Drink to Your Health: How Red Wine Helps the Heart

Drink to Your Health: How Red Wine Helps the Heart

Story by Liesel Schmidt | Featuring Sonoma Cellar

If you’re like millions of people around the world, you enjoy a glass of wine (or two) at the end of the day. If you reach for red over white, you’re hardly alone. In fact, you should congratulate yourself because—Yay!—you’re doing something healthy for yourself with that flavorful tipple. If fact, there are many studies that show just how good red wine is for you. So feel free to toddle off to the kitchen and grab yourself a bottle and a glass, then drink to your health.

Sip on this: Red wine is made from crushed red or black grapes that are fermented over the course of weeks in oak barrels. Those grapes are the reason that wine is so healthful, packing it with tannins and antioxidants including resveratrol, epicatechin, catechin, and proanthocyanidins. Interestingly, resveratrol protects the blood vessels and prevents blood clots. It also helps regulate blood sugar and lower bad cholesterol (LDL) while increasing the good cholesterol (HDL), which means that red wine may help regulate blood pressure.

Convinced yet? Here’s something else that may interest you. Red wine is known to have polyphenols, which help combat premature aging and aid in keeping the blood vessels flexible. That nice glass of red you’re sipping even contains high levels of silicon. This means that it increases bone density and reduces the chance of osteoporosis.

Further studies show (and we’d love to know if part of these studies actually involved drinking the wine, because…sign us up!) that red wine also helps reduce the risk of certain cancers, aids in weight loss, improves dental hygiene, helps with digestion, gives your skin a healthy glow, relieves stress, battles age-related memory loss and lowers the risk of catching the common cold. All this time that you’ve been drinking red wine, you’ve really been doing something fabulously good for yourself.

As healthy as red wine is for your body (especially your heart), there’s also a great deal of pleasure to be gained from drinking it. After all, a good red can taste absolutely decadent, and finding your favorite can be like a treasure hunt. “A bottle of wine is an adventure from the first sip until the last,” says Elizabeth Myllenbeck, who owns Sonoma Cellar with her husband Rick.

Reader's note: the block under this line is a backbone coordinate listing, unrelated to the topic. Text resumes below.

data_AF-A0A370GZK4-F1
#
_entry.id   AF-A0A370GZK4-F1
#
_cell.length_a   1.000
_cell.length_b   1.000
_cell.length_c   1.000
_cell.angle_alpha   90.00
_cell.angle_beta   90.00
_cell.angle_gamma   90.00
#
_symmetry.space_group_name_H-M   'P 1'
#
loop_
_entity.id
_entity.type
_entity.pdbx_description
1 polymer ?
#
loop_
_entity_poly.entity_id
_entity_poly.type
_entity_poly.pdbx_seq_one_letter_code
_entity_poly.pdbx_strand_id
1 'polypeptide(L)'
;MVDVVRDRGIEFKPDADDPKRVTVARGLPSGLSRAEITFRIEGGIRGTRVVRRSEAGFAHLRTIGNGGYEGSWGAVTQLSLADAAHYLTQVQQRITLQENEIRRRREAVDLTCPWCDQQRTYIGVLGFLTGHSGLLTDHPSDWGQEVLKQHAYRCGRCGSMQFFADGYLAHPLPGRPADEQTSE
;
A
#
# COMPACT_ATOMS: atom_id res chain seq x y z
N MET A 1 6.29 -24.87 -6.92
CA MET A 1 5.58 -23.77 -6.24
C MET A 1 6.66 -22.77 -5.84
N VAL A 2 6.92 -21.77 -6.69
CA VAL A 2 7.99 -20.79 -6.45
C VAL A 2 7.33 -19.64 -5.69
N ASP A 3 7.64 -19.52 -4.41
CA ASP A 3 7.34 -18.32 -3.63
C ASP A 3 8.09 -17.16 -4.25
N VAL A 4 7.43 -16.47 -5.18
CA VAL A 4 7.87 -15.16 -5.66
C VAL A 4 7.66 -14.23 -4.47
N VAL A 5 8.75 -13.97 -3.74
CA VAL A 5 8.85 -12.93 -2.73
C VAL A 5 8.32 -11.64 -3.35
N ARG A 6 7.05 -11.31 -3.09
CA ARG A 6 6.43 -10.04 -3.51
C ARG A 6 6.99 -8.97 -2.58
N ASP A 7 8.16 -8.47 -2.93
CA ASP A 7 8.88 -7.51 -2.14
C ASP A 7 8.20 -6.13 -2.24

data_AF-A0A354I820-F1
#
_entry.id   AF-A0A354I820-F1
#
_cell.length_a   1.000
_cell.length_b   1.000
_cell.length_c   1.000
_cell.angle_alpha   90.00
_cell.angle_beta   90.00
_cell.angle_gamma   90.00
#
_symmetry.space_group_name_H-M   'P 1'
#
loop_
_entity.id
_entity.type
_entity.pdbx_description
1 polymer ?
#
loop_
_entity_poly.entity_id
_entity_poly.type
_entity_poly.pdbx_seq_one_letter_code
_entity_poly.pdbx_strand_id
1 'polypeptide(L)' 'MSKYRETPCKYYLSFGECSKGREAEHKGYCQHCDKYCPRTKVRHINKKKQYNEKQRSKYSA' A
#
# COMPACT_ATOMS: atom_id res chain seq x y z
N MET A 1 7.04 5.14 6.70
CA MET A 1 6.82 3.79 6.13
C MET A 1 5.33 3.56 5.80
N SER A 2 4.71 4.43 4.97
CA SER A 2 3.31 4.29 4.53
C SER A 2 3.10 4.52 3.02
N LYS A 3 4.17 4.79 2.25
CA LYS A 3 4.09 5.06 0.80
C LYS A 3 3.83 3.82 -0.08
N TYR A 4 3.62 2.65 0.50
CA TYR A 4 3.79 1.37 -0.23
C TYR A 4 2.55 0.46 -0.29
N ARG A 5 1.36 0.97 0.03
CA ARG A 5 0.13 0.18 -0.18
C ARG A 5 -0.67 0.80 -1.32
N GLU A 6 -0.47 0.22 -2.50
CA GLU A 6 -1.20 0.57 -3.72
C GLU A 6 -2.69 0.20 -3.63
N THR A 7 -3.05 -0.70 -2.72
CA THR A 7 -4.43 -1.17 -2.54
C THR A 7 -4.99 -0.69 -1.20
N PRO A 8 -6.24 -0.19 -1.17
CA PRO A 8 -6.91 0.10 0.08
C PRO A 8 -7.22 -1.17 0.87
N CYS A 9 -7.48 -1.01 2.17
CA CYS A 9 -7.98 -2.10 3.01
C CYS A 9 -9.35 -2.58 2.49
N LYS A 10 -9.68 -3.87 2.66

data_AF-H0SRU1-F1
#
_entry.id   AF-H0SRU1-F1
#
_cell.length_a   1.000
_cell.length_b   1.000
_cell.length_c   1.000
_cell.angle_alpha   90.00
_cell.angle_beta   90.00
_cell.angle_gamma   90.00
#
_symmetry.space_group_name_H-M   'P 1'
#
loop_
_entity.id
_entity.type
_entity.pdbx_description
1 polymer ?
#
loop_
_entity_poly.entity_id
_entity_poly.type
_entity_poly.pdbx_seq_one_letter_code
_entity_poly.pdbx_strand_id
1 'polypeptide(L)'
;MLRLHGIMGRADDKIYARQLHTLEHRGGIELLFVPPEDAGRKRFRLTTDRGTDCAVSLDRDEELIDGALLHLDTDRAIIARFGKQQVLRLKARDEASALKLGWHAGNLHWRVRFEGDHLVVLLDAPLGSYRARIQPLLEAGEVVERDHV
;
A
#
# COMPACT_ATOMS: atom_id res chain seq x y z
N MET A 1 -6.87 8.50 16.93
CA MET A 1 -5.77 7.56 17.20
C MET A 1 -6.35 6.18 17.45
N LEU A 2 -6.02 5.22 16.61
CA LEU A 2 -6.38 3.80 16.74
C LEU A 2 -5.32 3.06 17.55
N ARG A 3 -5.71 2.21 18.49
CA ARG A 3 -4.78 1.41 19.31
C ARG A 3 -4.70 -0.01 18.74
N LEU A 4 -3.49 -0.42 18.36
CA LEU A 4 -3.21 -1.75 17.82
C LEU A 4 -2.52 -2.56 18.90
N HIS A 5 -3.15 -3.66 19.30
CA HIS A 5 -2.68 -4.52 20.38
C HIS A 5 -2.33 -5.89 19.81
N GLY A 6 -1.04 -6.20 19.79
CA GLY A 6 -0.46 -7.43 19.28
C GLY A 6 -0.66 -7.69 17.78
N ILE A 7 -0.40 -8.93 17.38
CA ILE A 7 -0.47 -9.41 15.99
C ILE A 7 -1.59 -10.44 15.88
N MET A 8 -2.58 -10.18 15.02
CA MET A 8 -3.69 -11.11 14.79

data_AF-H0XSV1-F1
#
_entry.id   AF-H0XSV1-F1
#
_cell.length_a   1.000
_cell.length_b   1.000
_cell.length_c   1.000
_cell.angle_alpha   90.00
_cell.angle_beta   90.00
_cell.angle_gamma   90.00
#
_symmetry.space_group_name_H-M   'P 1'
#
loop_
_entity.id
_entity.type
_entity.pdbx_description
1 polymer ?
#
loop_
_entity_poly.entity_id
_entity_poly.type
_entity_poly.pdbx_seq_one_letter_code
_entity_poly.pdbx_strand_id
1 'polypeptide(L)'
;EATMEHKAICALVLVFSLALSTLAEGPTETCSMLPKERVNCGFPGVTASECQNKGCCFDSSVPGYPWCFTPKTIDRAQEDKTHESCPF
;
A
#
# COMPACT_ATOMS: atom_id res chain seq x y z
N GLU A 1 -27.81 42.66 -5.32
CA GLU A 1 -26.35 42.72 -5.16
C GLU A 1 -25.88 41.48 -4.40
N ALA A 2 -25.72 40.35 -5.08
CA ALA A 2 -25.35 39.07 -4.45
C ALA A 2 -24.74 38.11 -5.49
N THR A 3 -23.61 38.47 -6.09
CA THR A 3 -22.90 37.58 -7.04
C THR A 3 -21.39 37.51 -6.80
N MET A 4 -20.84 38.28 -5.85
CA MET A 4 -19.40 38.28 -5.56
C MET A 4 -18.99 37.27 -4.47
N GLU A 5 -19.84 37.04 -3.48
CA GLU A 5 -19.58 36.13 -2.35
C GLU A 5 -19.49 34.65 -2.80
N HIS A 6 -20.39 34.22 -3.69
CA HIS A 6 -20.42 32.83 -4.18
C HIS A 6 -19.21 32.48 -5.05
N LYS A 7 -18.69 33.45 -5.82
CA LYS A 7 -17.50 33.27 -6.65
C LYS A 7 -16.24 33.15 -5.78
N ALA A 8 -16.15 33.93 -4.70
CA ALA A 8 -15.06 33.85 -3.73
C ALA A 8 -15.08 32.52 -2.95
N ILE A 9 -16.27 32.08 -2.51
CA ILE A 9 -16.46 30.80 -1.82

There’s also a bit of ceremony involved, and wine has proper handling to bring out its fullest flavor. In fact, the taste of wine changes as it breathes (i.e., opens up with oxygen) or changes in temperature. And as any well-versed oenophile will tell you, red wine should be chilled to between 60 and 68 degrees to provide optimal drinking pleasure and heighten the experience.

Tempting as it may be to pull on your comfiest jammies and snuggle up in front of the television with a big glass of wine to start bingeing on whatever’s in your Netflix queue—and yes, we’ve all done this—wine drinking is a very social activity. As is wine tasting, which gives people of all ages, sexes, and economic status a chance to come together and learn about different wines.

“Wine crosses all boundaries,” says Rick. And over all that swirling, sipping and spitting, there’s also a great deal of laughter to be had.

See? Good for the body, good for the heart... and good for the soul. Cheers to that!


Sonoma Cellar | 207 King St., Old Town Alexandria

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